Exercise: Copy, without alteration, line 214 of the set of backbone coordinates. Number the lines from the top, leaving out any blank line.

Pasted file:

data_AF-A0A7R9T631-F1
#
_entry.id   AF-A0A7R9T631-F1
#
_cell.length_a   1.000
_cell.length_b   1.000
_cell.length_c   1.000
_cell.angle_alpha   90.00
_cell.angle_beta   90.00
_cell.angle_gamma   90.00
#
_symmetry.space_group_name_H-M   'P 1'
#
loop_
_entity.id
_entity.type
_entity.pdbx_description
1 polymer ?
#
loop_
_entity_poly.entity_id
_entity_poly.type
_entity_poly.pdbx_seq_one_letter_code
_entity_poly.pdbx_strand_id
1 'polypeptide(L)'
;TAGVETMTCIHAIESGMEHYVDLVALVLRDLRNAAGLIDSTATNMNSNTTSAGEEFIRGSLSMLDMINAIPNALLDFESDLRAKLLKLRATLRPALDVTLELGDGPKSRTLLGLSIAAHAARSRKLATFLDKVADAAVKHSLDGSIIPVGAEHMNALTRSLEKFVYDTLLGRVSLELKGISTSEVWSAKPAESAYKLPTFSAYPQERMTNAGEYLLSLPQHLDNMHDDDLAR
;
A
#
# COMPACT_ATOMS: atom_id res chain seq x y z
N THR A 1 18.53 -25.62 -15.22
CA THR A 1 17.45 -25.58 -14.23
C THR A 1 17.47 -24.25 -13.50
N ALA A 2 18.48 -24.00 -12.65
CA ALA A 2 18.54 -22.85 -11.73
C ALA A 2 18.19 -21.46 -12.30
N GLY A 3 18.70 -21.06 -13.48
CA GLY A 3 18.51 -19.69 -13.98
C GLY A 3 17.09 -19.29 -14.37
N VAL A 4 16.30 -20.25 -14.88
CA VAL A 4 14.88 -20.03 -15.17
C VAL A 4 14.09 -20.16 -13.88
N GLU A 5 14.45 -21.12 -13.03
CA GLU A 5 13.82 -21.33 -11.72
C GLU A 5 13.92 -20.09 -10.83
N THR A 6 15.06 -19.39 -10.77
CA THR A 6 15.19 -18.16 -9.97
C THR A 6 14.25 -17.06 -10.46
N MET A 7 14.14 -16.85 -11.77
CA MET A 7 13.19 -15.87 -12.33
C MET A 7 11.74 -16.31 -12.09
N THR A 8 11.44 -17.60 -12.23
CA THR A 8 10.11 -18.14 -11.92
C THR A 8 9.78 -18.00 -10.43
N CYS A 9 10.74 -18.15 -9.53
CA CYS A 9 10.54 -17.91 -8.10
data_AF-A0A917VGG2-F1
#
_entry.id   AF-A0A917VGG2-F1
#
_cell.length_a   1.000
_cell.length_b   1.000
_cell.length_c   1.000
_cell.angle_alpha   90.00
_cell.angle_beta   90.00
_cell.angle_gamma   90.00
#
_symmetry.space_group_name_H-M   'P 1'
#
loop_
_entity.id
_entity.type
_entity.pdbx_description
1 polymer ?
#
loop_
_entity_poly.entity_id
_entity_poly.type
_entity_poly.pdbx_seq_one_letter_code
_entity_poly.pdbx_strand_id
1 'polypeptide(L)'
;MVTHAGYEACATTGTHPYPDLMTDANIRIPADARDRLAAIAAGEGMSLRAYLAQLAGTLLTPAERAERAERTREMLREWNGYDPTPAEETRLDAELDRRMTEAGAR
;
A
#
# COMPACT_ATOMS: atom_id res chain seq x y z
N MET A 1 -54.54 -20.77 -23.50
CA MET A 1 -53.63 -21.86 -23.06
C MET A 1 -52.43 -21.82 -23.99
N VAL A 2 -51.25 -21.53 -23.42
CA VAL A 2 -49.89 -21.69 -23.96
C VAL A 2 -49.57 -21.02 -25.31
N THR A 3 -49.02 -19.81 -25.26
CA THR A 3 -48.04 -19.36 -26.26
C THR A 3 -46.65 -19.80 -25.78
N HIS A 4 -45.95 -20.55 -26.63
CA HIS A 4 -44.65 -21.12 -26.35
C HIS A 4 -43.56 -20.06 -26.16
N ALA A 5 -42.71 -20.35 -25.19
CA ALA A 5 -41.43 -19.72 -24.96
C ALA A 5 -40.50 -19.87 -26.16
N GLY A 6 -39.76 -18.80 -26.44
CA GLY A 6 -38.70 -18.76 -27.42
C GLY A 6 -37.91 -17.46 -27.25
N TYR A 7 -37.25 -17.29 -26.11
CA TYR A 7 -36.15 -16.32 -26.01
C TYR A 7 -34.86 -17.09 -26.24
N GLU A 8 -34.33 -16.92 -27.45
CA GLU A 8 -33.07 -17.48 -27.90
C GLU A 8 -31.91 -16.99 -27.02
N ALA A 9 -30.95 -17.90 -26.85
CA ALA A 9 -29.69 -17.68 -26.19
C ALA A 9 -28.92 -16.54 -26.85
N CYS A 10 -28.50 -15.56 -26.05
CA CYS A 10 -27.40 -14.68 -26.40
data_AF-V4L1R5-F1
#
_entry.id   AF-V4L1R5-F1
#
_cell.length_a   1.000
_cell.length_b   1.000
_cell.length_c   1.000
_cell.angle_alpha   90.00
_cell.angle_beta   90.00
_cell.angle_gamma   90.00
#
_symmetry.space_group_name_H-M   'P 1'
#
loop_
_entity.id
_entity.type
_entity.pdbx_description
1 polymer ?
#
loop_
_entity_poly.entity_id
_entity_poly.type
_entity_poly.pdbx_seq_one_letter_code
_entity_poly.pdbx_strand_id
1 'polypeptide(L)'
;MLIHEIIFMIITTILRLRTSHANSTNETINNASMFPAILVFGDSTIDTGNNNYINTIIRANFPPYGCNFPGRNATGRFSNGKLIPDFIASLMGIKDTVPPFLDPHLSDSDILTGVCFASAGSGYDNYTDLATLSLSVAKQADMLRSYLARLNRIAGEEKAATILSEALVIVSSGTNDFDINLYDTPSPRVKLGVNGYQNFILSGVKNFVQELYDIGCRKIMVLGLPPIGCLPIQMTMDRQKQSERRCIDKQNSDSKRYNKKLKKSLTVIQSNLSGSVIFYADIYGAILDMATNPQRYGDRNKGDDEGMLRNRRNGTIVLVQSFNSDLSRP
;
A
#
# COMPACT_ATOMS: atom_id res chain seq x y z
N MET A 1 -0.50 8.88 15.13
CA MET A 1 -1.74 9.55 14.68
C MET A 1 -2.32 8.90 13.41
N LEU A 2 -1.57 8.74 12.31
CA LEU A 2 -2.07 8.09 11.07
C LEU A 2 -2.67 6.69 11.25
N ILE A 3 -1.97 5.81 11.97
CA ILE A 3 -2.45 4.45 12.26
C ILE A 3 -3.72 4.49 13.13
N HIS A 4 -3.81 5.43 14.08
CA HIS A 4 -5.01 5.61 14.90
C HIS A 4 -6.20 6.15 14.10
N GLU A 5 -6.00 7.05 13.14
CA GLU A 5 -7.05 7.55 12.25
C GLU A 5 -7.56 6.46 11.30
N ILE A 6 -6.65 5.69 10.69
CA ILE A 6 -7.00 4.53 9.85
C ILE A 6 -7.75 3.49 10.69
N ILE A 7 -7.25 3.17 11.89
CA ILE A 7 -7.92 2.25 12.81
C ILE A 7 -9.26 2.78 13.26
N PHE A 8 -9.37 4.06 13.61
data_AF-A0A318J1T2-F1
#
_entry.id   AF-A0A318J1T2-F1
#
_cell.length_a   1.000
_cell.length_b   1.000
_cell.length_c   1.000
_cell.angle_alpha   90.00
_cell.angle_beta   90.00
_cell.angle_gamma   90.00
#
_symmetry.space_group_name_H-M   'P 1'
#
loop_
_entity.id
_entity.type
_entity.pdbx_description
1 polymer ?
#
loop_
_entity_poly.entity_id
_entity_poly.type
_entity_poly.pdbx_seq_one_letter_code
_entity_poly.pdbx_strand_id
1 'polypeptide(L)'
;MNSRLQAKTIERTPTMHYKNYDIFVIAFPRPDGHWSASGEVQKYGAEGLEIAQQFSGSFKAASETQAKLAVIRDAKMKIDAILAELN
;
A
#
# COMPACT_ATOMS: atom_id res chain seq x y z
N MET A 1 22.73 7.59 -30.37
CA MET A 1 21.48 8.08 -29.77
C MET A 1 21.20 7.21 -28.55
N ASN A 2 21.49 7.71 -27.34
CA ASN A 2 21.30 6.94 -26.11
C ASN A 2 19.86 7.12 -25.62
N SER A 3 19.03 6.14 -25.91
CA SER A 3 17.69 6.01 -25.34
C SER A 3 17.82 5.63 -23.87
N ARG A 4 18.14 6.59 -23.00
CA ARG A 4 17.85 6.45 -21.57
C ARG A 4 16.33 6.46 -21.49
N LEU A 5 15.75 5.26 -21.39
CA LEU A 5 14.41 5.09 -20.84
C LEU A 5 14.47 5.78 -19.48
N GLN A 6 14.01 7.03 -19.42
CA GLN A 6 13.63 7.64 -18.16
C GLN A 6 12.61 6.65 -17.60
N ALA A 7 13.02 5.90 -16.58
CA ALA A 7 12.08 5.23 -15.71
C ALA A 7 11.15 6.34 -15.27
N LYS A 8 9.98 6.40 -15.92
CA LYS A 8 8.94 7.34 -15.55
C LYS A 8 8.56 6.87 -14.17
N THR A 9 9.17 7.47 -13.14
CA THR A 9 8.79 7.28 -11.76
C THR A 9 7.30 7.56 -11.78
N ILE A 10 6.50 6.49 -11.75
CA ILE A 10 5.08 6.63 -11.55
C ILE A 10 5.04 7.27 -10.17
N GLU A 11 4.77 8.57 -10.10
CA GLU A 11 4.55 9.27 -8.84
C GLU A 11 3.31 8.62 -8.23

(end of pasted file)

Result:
CA GLN A 6 13.63 7.64 -18.16